Our CEO Benjamin Davis shares his insights on the investment themes set to take precedence this year.
As global uncertainties look to continue, there’s also a lot to feel positive about. Here’s five key opportunities to look out for.
1. Alternatives 2.0
One question that I think some fund managers who focus on alternative asset classes like us, will find themselves asking in 2024, is ‘how alternative are we really?’. Over the last few years, we’ve seen significant capital inflows into alternative asset classes such as private credit and real estate, but in an increasingly competitive space, managers have to do more to set themselves apart from the crowd.
Moreover, as interest rates – although maybe peaked – are likely to remain high versus historic numbers, we expect investors will be interested in alternatives where active management can produce sufficient alpha.
We have to continue to look for emerging areas. They might be more difficult and complicated, but will be where managers can really earn their stripes. What starts as alternative becomes mainstream in time, so it’s about finding tomorrow’s sectors today. I expect that best managers will be those that use the year to innovate and unearth new areas.
2. Natural capital: next big thing
And on that note, natural capital stands out as one of these exciting spaces of opportunity for the year ahead, and was a big area of focus at the recent COP28. By natural capital I’m referring to applying an economic lens to the natural environment. For example, looking at how land can be repurposed to provide a return to investors while also taking carbon out of the atmosphere or increasing biodiversity.
These solutions will take time to develop, but I feel that parts of natural capital are coming out of its nascence and are now mature enough to be investable. And we’re seeing this interest already. From institutional investors seeking out strategies that can show tangible impact as we grow closer to 2030 net zero targets, and from retail investors who are increasingly looking for strategies that match their values.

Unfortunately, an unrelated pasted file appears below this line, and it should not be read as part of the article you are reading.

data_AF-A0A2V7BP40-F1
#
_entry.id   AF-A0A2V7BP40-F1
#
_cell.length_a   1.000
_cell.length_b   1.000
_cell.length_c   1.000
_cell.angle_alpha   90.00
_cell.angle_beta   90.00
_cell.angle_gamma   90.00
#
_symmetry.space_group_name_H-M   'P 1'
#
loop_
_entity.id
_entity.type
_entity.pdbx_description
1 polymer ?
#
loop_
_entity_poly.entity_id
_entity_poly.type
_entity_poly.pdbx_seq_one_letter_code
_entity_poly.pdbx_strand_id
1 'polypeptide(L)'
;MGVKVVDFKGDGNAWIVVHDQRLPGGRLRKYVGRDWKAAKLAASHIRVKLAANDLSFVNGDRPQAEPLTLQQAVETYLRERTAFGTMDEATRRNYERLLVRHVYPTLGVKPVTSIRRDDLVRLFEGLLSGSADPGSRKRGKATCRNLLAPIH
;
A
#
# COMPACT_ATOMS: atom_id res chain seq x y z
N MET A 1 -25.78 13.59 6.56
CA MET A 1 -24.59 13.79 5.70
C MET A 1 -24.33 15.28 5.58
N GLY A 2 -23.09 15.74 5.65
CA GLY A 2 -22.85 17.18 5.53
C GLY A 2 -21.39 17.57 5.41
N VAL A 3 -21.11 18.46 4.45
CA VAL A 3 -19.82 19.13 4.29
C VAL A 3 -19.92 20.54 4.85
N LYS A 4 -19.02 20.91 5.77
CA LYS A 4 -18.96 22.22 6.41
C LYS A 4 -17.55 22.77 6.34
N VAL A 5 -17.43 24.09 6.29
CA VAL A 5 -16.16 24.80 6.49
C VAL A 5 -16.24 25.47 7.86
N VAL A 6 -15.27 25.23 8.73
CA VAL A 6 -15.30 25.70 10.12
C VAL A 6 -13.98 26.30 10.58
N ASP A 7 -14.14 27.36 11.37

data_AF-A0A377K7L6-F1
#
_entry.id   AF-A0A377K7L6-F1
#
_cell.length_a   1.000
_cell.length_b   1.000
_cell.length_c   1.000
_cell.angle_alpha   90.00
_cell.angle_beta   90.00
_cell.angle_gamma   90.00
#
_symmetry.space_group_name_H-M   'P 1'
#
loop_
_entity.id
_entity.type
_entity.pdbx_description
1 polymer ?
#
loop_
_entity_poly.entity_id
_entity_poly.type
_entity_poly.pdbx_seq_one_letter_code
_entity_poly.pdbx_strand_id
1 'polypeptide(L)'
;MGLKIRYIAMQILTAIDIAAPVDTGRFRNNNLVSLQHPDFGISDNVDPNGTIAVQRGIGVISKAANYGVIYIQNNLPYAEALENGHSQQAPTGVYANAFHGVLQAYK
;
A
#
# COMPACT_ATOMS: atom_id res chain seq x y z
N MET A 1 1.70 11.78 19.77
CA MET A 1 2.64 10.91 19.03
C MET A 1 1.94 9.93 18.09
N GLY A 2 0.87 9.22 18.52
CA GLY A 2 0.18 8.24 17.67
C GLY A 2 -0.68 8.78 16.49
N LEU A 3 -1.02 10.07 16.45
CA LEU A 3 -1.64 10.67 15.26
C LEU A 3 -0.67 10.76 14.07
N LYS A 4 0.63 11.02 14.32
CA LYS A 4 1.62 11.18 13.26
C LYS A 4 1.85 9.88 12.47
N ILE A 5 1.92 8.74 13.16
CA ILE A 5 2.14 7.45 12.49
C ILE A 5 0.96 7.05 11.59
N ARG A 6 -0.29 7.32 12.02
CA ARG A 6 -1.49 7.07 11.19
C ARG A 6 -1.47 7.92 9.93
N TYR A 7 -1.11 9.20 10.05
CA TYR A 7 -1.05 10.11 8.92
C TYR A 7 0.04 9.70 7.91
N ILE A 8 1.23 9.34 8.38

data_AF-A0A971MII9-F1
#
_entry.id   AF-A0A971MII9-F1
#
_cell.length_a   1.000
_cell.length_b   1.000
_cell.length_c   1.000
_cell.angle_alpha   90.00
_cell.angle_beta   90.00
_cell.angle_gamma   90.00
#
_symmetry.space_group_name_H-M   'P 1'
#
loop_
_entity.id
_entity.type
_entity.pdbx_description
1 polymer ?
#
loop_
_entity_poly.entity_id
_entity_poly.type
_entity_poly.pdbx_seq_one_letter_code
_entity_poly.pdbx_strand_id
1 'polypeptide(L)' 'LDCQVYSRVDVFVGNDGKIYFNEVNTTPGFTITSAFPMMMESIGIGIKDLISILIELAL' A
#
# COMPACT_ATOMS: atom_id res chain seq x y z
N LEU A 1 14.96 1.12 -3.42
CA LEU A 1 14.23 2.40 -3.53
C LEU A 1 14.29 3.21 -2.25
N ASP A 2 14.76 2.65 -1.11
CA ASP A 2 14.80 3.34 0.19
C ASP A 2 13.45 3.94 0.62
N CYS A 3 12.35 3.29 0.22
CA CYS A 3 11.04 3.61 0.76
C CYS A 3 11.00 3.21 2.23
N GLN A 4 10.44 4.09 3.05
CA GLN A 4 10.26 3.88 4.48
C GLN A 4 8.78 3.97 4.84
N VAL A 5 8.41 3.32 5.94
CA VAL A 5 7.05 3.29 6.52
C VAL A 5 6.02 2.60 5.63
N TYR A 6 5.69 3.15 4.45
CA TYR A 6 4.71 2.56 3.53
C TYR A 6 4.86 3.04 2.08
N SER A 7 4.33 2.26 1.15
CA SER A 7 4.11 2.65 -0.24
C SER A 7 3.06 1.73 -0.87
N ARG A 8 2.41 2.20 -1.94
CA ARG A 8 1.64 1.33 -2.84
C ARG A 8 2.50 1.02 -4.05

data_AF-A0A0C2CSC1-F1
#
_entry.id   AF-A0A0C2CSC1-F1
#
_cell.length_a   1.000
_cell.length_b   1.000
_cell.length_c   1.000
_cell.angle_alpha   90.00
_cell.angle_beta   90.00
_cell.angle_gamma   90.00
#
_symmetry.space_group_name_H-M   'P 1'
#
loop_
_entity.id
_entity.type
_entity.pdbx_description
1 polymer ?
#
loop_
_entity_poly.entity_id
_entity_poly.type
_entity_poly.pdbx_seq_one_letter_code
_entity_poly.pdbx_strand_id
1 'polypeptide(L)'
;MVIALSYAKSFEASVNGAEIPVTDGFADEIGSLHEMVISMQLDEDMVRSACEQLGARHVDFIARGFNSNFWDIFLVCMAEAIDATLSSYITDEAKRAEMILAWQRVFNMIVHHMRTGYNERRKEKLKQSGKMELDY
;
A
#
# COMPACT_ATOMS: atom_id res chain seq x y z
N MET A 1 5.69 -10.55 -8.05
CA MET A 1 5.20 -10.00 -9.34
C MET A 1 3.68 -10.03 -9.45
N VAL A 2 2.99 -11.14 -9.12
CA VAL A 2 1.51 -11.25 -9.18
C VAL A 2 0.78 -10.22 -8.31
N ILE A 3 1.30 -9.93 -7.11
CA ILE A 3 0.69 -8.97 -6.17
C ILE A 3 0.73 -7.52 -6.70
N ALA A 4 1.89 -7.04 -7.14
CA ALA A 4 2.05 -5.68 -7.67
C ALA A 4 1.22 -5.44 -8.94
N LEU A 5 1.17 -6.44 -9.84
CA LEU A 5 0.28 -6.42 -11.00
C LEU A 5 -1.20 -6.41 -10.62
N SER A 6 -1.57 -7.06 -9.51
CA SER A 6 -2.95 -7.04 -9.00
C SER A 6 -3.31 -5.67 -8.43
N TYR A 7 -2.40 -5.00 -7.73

This year will be the year that we see less talk and more walk in this space– where we’ll see more investment strategies that deliver for investors and the environment alike.
3. Levelling up on the up
Not only are investors looking for strategies that match their values, they are also increasingly interested in the details of the local impact their money can create. If you then pair this with the growing opportunity to unlock investment that addresses inequality, I think we’ll see a lot more businesses beginning to explore more regional strategies this year.
We think that sustainable infrastructure could be one of these strategies, given the way in which it can provide the backbone for a new wave of green jobs across the country. The social impact of this infrastructure is fully aligned with its financial returns – the more households and businesses that benefit from using this sustainable infrastructure, the higher returns it will generate.
In the longer term, I’m excited to see how the industry can crack the economics of regionally-focused investment that is truly holistic. For example, unleashing a region’s economic potential typically requires investments in housing, infrastructure and SME growth all at the same time. We acknowledge that tackling society’s biggest challenges will clearly require co-ordinated investments across a wide range of sectors, so any progress on this next year will be a helpful development.
4. UK coming back around
The UK, as we know, has been out of favour with investors, but we are now seeing signs of a welcomed recovery. Interest rates appear to have stabilised and inflation seems to have peaked. We have also seen the AIM market bounce back in the last couple of months.
UK-focused investment has lots of upside having gone through a period of significant discount. It’s a buyer’s market with strong businesses at attractive prices and growing M&A activity as a result. So, not to be too cliché, but I am cautiously optimistic when I look to 2024.
We also have the Mansion House reforms, and anything that encourages investment into early-stage companies, startups or that ecosystem and can keep capital flowing in the UK, is positive. One of my main concerns is restoring stability and confidence in the UK economy. We’re definitely seeing that improving and this makes me feel that the future is brighter, creating opportunity for investors.
One final thought is a hope for the year, which is that more financial services companies start the journey to become B Corporations. We’ve always known that people want to buy from and work for companies that ‘out-behave’ and do the right thing, even when no one is watching – for us, this is what B Corp is all about. We also believe that, in turn, it leads to better performance.
For us, being a B Corp crystalises a commitment to a wider base of stakeholders in a very real and tangible way. It is very hard to fake. We find that it helps us to build trust with customers and it resonates well with investors.
Financial services is an industry that influences society, both in terms of customers and in deciding where money is directed and how effectively it is used. The industry has an enormous impact on people’s lives and the planet, so we have a duty to look after both these things. This is why we should be encouraging frameworks like B Corp to drive better, more transparent business.